Time Traveling with Brian Unger - Netflix

Posted on Thu 18 April 2019 in netflix

Time Traveling with Brian Unger goes where ordinary travelers can't, using eye-popping computer-generated graphics to visually travel back in time and tell stories from yesteryear that tourists won't find in the guidebooks. Host Brian Unger is the ultimate tour guide, bringing his irreverent humor and point of view to the fascinating stories that most Americans don't know yet. In each episode, locals agree to accompany Brian to destinations they've never visited before--some off-limits to the general public--or to look at iconic landmarks in a fresh, new way, revealing histories we never knew.

Time Traveling with Brian Unger - Netflix

Type: Reality

Languages: English

Status: Running

Runtime: 30 minutes

Premier: 2015-04-20

Time Traveling with Brian Unger - Johnstown Flood - Netflix

The Johnstown Flood (locally, the Great Flood of 1889) occurred on May 31, 1889, after the catastrophic failure of the South Fork Dam on the Little Conemaugh River 14 miles (23 km) upstream of the town of Johnstown, Pennsylvania. The dam broke after several days of extremely heavy rainfall, releasing 14.55 million cubic meters of water. With a volumetric flow rate that temporarily equaled the average flow rate of the Mississippi River, 2,209 people, according to one account, lost their lives, and the flood accounted for US$17 million of damage (about $463 million in 2017 dollars). The American Red Cross, led by Clara Barton and with 50 volunteers, undertook a major disaster relief effort. Support for victims came from all over the United States and 18 foreign countries. After the flood, survivors suffered a series of legal defeats in their attempts to recover damages from the dam's owners. Public indignation at that failure prompted the development in American law changing a fault-based regime to strict liability.

Time Traveling with Brian Unger - Literature - Netflix

There is literature about the flood. Poems include: “The Pennsylvania Disaster”, a poem by William McGonagall “By the Conemaugh”, a poem by Florence Earle Coates Short stories include: Brian Booker's “A Drowning Accident”, in One Story (Issue #57, May 30, 2005), was largely based on the Johnstown Flood of 1889. Caitlín R. Kiernan featured the flood in her “To This Water (Johnstown, Pennsylvania, 1889)”, in her collected Tales of Pain and Wonder (1994). Books about the flood in a historical context include: Willis Fletcher Johnson wrote in 1889 a book called History of the Johnstown Flood (published by Edgewood Publishing Co.), likely the first book account of the flood. Gertrude Quinn Slattery, who survived the flood as a six-year-old girl, published a memoir entitled Johnstown and Its Flood (1936). Historian and author David McCullough's first book was The Johnstown Flood (1968), published by Simon & Schuster. Fictional novels include: Rudyard Kipling noted the flood in his novel, Captains Courageous (1897), as the disaster that destroyed the family of the minor character “Pennsylvania Pratt.” Marden A. Dahlstedt wrote the young adult novel, The Terrible Wave (1972), featuring a young girl as the main character, the book is inspired by the memoir of Gertrude Quinn (Slattery) who was six years old at the time of the flood. John Jakes featured the flood in his novel, The Americans (1979), set in 1890 and the final book in the series of The Kent Family Chronicles. Rosalyn Alsobrook wrote Emerald Storm (1985), a mass market historical romance set in Johnstown. The characters Patricia and Cole try to reunite with each other and loved ones after the flood. Kathleen Cambor wrote the historical novel In Sunlight, In a Beautiful Garden (2001), based on events of the flood. The book was a New York Times Notable Book of the Year. Richard A. Gregory wrote The Bosses Club, The conspiracy that caused the Johnstown Flood, destroying the iron and steel capital of America (2011), a historical novel that proposes a theory of the involvement of Andrew Carnegie and other wealthy American industrialists in the Johnstown Flood, told through the lives of two survivors. Judith Redline Coopey wrote Waterproof: A Novel of the Johnstown Flood (2012), a story of Pamela Gwynedd McCrae from 1889–1939 through flashbacks. Kathleen Danielczyk wrote “Summer of Gold and Water” (2013) which tells story of life at the lake, the flood and a coming together of the classes. Colleen Coble wrote “The Wedding Quilt Bride” (2001) which tells the story of a romance between a member of the club's granddaughter and a man brought in to see if the dam was really in trouble. It follows him trying to convince the people of the danger and then the flood. Michael Stephan Oates wrote the historical fiction novel “Wade in the Water” (2014), a coming of age tale set against the backdrop of the Johnstown flood. Jeanette Watts's “Wealth and Privilege” (2014) portrays the Fishing and Hunting Club at its heyday, and then the main characters scramble for their lives in the Flood at the novel's climax. Mary Hogan's “The Woman In the Photo” (2016) writes about two young women in present-day and Johnston, Pennsylvania in 1889. Jane Claypool Miner wrote “Jennie” (1989). An historical fiction romance written about a young girl who rides the flood from South Fork to Johnstown and survives. She then works as a telegraph operator for the reporters flooding the town while advocating for the people living there. Humor as a speaker's resource: Variations on story of an elderly man lived through the Johnstown Flood (or in Johnstown PA) and bored countless of his contemporaries with his narratives about the Johnstown Flood. When he died, he went to Heaven and was greeted by St. Peter, whom he told that he wanted to tell the gripping story one more time. He's permitted to retell the story but warned that Noah will be in the crowd or audience.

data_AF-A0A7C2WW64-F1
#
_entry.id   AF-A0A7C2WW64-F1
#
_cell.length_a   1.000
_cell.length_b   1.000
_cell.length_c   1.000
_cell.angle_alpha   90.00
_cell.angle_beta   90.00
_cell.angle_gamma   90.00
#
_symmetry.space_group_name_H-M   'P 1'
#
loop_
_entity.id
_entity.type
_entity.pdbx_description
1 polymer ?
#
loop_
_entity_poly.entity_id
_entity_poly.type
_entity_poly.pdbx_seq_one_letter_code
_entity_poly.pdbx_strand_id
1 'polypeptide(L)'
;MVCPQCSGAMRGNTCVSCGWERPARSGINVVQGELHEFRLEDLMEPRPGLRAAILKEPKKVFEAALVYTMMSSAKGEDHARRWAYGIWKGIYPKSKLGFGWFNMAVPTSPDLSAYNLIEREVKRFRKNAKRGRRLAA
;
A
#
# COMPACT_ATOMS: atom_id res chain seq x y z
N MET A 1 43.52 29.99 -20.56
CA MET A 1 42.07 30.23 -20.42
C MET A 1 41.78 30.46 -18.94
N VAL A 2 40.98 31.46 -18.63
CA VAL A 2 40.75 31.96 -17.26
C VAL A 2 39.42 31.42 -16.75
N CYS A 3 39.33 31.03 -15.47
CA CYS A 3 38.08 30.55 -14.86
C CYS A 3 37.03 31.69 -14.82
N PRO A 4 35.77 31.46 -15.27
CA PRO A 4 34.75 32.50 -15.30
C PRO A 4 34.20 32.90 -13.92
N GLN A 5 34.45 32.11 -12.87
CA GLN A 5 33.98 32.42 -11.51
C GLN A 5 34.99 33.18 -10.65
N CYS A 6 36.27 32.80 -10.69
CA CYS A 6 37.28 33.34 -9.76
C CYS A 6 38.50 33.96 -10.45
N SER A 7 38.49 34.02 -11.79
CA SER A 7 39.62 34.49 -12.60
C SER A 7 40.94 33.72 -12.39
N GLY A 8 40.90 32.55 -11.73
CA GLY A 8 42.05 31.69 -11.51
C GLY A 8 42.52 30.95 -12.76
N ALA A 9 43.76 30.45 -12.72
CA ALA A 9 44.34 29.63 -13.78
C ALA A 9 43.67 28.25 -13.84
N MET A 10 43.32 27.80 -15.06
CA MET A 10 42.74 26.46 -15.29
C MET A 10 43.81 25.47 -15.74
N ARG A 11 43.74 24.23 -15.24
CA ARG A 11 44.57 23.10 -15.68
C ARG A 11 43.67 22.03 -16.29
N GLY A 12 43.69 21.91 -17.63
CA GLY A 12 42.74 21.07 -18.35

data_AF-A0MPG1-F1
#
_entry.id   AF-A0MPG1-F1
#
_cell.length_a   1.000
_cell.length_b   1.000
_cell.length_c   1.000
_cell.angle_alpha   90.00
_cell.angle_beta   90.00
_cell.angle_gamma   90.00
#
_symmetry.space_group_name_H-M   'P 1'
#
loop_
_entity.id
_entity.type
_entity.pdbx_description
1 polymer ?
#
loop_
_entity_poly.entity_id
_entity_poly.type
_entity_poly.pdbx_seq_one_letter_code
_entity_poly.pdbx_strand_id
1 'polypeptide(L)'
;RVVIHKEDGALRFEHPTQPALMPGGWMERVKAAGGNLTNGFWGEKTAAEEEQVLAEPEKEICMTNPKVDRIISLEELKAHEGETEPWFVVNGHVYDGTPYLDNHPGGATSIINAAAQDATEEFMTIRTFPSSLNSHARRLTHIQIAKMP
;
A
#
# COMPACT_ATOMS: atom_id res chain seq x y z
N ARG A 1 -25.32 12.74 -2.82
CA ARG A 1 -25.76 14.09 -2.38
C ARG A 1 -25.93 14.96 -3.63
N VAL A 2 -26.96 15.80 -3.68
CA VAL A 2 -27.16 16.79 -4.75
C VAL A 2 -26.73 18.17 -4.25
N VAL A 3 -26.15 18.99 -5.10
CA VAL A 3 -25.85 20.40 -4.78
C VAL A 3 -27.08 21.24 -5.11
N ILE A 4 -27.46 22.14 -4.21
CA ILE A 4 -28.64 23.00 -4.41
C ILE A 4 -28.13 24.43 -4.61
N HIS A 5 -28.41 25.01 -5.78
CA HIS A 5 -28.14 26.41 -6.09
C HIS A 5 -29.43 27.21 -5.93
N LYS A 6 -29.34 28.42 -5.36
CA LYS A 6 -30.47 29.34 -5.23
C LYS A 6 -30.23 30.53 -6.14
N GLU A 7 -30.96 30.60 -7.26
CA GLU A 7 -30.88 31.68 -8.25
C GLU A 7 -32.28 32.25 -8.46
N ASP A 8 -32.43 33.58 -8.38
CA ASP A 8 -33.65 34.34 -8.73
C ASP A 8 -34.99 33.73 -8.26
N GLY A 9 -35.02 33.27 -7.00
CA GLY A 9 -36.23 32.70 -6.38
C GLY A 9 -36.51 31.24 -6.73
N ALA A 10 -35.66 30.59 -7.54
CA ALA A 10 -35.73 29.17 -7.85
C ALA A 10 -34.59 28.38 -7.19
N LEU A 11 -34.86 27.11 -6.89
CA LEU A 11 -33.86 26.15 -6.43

Time Traveling with Brian Unger - References - Netflix